In general, however, I hope to benefit from students and researchers who care enough about myth to add to the material on the website. I look forward to any comments and additions and will integrate them as I can. Please email me (email@example.com) if you would like to be able to add supplementary material directly or if you have any advice for uploaded the powerpoint slides to the website. I am also profoundly unvisual and have an (unjustifiable) antipathy towards video. I would be particularly grateful, then, for links to appropriate, useful, humorous or otherwise significant video clips. Finally, I would like to integrate more material about reception, but this is another one of my weaknesses.
“When a philologist, a grammarian, and a philosopher read Cicero’s book On the Republic, each one applies his attention to something different. The philosopher marvels that so many things could be said against justice. When the philologist approaches the same reading, he notes this: that there were two Roman kings, of which one did not have a father and the other lacked a mother. (For there is doubt about Servius Tullius’ mother, and Ancus Martius is said to have been the grandon of Numa, but no father is remembered.) Further, the philologist notes that what we call a ‘dictator’ and read thus described in history was known among the ancients as the ‘magister populi’. That fact remains today in the Augural Books, and is proven by the fact that the one nominated by a dictator is called the ’magister equitum’. The philologist also notes that Romulus died during a disappearance of the sun; that there was a provocatio ad populum even from the kings – thus it is registered in the pontifical books and in Fenestella.
When the grammarian explains the same books, he first puts into his commentary that Cicero says ‘reapse’ for ‘re ipsa’ and is no less inclined to write ‘sepse’ for ‘se ipse’. He then moves on to those things which the custom of our time has changed, just as Cicero says, ‘since we were called from the chalk (calce) by his interruption’, for what we now call ‘chalk’ (creta) was called calce by the ancients.”
Cum Ciceronis librum de re publica prendit hinc philologus aliquis, hinc grammaticus, hinc philosophiae deditus, alius alio curam suam mittit. Philosophus admiratur contra iustitiam dici tam multa potuisse. Cum adhanc eandem lectionem philologus accessit, hoc subnotat: duos Romanos regesesse quorum alter patrem non habet, alter matrem. Nam de Servi matre dubitatur; Anci pater nullus, Numae nepos dicitur. Praeterea notat eum quem nos dictatorem dicimus et in historiis ita nominari legimus apud antiquos magistrum populi vocatum. Hodieque id extat in auguralibus libris, et testimonium est quod qui ab illo nominatur ‘magister equitum’ est. Aeque notat Romulum perisse solis defectione; provocationem ad populum etiam a regibus fuisse; id ita in pontificalibus libris et Fenestella. Eosdem libros cum grammaticus explicuit, primum [verba expresse] ‘reapse’dici a Cicerone, id est ‘re ipsa’, in commentarium refert, nec minus ‘sepse’, id est ‘se ipse’. Deinde transit ad ea quae consuetudo saeculi mutavit, tamquam ait Cicero ‘quoniam sumus ab ipsa calce eius interpellatione revocati.’ Hanc quam nunc in circo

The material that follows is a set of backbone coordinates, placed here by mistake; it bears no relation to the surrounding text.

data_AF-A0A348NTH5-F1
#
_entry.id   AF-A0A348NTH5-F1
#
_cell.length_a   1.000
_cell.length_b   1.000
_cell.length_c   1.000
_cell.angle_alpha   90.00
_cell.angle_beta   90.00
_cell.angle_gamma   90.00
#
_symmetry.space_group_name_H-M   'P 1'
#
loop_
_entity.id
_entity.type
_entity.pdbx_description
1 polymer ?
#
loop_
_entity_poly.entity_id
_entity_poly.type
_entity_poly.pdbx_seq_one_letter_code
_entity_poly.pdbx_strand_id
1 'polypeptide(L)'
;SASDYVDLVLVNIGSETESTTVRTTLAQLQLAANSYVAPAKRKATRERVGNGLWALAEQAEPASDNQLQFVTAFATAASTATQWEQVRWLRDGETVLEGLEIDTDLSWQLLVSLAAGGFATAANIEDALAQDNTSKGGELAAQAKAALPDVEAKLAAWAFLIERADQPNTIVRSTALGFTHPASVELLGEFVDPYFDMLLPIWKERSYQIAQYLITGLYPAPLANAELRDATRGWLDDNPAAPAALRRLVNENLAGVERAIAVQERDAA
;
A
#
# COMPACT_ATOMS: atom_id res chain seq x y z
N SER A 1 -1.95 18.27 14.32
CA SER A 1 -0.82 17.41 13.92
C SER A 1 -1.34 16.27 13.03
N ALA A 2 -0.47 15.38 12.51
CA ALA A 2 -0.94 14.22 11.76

“For, just as people who are drowning in water are no more capable of breathing if they are far from its surface than if they are just about to break free, or if they are already clinging to the bottom, and just as a puppy who is almost ready to open his eyes can see no more than one who was just born, so too a person who has made some progress in the pursuit of virtue is in no less misery than one who has made no process at all.”
Ut enim qui demersi sunt in aqua nihilo magis respirare possunt si non longe absunt a summo, ut iam iamque possint emergere, quam si etiam tum essent in profundo, nec catulus ille qui iam appropinquat ut videat plus cernit quam is qui modo est natus, item qui processit aliquantum ad virtutis habitum nihilo minus in miseria est quam ille qui nihil processit.